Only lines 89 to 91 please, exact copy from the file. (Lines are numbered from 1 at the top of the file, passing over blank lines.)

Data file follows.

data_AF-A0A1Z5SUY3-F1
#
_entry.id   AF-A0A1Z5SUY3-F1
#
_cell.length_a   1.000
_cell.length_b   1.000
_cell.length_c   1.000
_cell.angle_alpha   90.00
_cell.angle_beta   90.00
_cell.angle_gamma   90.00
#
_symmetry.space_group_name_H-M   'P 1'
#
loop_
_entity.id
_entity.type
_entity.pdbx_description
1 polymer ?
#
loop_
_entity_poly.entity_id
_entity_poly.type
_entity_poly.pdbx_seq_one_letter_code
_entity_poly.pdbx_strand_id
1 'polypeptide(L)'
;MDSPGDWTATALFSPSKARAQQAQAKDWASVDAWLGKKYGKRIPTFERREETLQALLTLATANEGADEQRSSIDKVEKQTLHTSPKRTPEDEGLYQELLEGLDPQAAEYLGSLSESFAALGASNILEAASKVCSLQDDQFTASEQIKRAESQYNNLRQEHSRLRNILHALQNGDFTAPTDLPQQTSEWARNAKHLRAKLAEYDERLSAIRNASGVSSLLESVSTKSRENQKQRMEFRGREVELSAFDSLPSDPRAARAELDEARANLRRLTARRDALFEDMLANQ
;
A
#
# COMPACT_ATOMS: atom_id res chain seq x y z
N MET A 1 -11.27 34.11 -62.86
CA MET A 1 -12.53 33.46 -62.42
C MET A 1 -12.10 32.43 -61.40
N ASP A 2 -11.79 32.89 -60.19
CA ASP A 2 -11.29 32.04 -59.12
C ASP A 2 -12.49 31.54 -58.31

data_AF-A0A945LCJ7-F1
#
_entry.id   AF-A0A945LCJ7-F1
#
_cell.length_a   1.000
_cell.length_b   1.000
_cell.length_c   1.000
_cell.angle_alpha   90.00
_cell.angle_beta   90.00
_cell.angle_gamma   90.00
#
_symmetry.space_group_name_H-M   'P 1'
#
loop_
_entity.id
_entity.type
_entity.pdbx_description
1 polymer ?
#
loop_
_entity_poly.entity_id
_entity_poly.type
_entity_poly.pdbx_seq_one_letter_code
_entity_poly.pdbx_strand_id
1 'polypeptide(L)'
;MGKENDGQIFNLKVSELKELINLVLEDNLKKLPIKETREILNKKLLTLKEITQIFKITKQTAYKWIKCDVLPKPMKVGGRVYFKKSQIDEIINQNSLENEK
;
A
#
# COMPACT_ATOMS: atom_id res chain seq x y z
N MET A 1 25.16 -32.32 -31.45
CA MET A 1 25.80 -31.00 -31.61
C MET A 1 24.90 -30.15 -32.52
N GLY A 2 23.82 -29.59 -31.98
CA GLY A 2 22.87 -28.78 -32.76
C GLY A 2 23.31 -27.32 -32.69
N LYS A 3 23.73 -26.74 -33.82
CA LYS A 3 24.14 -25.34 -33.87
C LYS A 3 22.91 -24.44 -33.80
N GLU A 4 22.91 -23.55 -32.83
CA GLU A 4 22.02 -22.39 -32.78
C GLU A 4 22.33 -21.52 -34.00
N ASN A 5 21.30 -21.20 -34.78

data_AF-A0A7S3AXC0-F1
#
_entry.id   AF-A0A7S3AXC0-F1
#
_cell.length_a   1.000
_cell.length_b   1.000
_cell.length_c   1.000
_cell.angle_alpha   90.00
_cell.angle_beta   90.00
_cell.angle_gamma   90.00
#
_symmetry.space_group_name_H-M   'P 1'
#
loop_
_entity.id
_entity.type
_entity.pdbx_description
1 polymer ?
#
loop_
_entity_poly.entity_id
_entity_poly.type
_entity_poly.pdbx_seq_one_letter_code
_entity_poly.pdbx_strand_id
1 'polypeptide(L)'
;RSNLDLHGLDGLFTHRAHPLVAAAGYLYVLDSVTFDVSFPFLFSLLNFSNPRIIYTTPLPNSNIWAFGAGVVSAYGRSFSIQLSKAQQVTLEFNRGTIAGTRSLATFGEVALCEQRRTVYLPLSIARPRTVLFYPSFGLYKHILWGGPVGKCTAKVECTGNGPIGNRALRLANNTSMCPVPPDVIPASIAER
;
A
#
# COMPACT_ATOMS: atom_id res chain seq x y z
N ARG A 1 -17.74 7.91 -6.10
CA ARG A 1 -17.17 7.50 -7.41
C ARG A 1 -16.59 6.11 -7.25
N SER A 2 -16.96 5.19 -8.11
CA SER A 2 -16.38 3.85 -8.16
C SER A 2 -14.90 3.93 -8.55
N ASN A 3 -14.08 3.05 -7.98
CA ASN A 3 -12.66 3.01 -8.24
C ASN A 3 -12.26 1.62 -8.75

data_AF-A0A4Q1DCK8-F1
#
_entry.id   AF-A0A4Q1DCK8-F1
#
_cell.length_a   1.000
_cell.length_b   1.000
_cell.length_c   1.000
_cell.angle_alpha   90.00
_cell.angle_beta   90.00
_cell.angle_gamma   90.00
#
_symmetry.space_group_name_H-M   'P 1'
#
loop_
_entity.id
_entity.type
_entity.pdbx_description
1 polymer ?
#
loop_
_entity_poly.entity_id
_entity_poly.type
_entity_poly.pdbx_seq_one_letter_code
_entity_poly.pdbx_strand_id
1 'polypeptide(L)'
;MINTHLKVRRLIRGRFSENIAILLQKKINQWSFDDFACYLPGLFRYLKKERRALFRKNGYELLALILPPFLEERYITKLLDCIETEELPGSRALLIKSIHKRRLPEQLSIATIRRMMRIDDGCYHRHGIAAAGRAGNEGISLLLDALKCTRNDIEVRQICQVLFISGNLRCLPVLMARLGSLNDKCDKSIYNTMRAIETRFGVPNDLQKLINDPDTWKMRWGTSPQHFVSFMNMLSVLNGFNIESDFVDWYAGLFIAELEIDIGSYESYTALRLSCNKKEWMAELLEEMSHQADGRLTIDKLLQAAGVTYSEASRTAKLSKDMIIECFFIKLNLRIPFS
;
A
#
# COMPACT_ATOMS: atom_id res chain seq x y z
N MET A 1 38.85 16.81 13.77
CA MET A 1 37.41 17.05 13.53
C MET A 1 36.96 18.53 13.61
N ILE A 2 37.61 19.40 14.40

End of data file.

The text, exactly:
_cell.angle_gamma   90.00
#
_symmetry.space_group_name_H-M   'P 1'